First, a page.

8. Terri, our inner editors are definitely closely related. I too toss him (or is it her) out when I am writing the first draft.

    Lydia,I always wonder what other writers do with their inner editors. Though you lock your editor in a closet, I prefer sending it on a long holiday.

    Pradeep, my editor is absolutely censoring. Honestly, its job is to make my life miserable. I like your suggestion " Send the Inner Editor on holiday, but let him come and have a look at your creation and make suggestions. After that send him away again. And you, without any fetters, make the final choice." Will try and follow it.

    Anne...your, Terri's and my editor is definitely related. An honest confession, I can't deny mine for long either.

  9. Elizabeth...I can empathize with you.As you are in a purely editing mode, I am sure your editor must be driving you up the wall. I love the idea of NaNoWriMo, its a time when we can really leave our personal editors far behind.

    Thanks for the tag, I will hop over to ur blog, to see what it is all about.

    Lydia..I am still having problems with blogger.

    Rahma,the germ of a good idea does come when we blather on long enough. I have noticed it in my writing too.

  10. I really liked this post! My inner editor and I had to come to an agreement long ago:
    Me: "I'll call you when I need you."
    InEd: "I'll be here if you need me."

    So far, we have a good truce. Although I think I need to call that editor more about my spelling!

  11. Good post. I am fine with all I write (at the moment), nothing troubles my moralistic inner editor. Although it depends how dark I go - I've always wondered how crime fic writers balance their morals.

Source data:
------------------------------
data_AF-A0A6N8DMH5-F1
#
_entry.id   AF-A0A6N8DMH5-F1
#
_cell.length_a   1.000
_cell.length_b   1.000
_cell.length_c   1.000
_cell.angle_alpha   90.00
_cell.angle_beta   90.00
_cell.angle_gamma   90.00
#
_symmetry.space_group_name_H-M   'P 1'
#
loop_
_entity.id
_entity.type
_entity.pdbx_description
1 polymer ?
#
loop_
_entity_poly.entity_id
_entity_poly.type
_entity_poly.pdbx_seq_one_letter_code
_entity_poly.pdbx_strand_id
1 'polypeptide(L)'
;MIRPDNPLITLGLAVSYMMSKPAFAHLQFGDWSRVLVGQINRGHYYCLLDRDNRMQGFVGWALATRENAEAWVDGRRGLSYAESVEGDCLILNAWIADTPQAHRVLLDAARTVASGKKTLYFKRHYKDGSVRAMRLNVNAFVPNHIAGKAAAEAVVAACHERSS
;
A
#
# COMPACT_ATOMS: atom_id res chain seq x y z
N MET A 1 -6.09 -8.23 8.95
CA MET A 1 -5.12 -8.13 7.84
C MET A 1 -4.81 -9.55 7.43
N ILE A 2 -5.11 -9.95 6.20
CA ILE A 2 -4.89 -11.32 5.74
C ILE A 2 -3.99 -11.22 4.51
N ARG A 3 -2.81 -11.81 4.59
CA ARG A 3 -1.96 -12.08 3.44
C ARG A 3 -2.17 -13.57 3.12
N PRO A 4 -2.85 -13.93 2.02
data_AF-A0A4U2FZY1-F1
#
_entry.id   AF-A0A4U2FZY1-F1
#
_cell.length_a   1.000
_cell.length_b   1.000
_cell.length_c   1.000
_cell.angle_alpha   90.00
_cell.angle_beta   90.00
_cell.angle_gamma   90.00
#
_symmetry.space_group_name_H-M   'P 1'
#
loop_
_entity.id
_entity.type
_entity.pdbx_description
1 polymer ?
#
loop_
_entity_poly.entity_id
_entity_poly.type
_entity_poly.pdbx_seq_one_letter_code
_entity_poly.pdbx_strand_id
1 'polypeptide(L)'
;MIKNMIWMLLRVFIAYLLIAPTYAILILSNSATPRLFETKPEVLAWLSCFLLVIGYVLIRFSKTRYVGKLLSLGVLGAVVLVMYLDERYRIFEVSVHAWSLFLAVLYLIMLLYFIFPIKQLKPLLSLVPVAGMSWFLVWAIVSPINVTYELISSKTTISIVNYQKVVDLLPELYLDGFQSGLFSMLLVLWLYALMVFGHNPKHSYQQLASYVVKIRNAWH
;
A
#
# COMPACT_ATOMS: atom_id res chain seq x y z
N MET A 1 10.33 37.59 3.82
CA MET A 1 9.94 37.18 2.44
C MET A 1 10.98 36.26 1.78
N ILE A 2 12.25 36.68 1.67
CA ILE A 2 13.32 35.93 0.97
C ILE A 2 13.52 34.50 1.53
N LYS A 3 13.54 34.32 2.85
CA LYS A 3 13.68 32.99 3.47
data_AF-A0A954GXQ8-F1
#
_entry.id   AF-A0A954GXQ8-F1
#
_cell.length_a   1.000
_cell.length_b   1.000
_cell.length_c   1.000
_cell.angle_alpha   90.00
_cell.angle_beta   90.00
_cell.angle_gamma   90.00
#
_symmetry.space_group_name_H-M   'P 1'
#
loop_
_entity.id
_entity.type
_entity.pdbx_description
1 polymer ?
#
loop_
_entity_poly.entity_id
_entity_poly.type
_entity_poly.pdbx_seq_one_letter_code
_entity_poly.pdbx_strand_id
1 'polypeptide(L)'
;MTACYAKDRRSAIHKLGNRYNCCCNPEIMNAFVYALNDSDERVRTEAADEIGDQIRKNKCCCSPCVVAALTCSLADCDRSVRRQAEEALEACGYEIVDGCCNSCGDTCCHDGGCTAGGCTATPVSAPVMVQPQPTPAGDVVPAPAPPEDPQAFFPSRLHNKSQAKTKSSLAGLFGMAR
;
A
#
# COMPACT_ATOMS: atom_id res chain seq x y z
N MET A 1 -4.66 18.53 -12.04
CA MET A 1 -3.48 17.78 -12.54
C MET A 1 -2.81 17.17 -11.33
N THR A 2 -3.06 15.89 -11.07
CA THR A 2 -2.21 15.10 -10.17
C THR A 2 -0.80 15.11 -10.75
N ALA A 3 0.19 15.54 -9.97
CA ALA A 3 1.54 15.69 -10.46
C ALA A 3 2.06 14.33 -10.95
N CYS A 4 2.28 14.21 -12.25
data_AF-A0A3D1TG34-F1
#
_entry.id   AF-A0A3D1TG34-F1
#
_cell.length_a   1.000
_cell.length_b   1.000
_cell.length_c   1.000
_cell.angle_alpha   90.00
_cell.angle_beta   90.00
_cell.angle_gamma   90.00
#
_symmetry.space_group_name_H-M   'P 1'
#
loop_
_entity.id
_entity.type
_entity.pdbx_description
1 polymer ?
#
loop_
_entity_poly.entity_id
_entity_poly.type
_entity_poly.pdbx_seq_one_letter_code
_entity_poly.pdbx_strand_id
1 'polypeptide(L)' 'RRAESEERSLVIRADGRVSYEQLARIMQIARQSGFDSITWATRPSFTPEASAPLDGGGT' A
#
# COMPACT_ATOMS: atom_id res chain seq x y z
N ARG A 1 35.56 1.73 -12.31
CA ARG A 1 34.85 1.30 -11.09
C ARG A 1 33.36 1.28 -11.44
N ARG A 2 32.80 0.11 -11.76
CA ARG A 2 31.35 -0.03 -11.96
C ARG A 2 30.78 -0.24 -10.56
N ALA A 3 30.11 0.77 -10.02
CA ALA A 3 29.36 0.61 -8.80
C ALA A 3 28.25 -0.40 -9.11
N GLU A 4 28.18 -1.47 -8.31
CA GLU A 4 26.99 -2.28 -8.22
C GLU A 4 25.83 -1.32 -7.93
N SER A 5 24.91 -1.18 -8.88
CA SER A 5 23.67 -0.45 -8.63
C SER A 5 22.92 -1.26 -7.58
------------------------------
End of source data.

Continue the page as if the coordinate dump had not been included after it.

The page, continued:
12. I absolutely understand where you are coming from. The urge to make my main characters perfect decision-makers and role-models for every child is maddening. The result is that I end up with more interesting secondary characters because they're more real with flaws.

    I think I just have to keep reminding myself that a book is, in many ways, about a character arc. If your main character is perfect from the beginning, what can they learn? How can they improve? And how would a reader ever relate?

    It's definitely a struggle for me though. Great post!!

  13. Elizabeth, I can just visualise you and your inner editor having that conversation. Its nice that you both have come to a truce. moralistic inner editor is pretty troublesome, it often makes me do extensive rewrites. I too wonder how crime fiction writers tackle their morals, its something I may not be able to do, though crime fic is my favourite.

    Kate, I have an inner conflict and an external conflict. The inner conflict is with my conscience and the external conflict is what my protagonist has to battle.
    At times I have to struggle to suppress my extra cautious inner editor.

  14. Oh how we suffer with our inner editors! I can totally relate to this post. Glad you sent yours packing on a nice, long trip.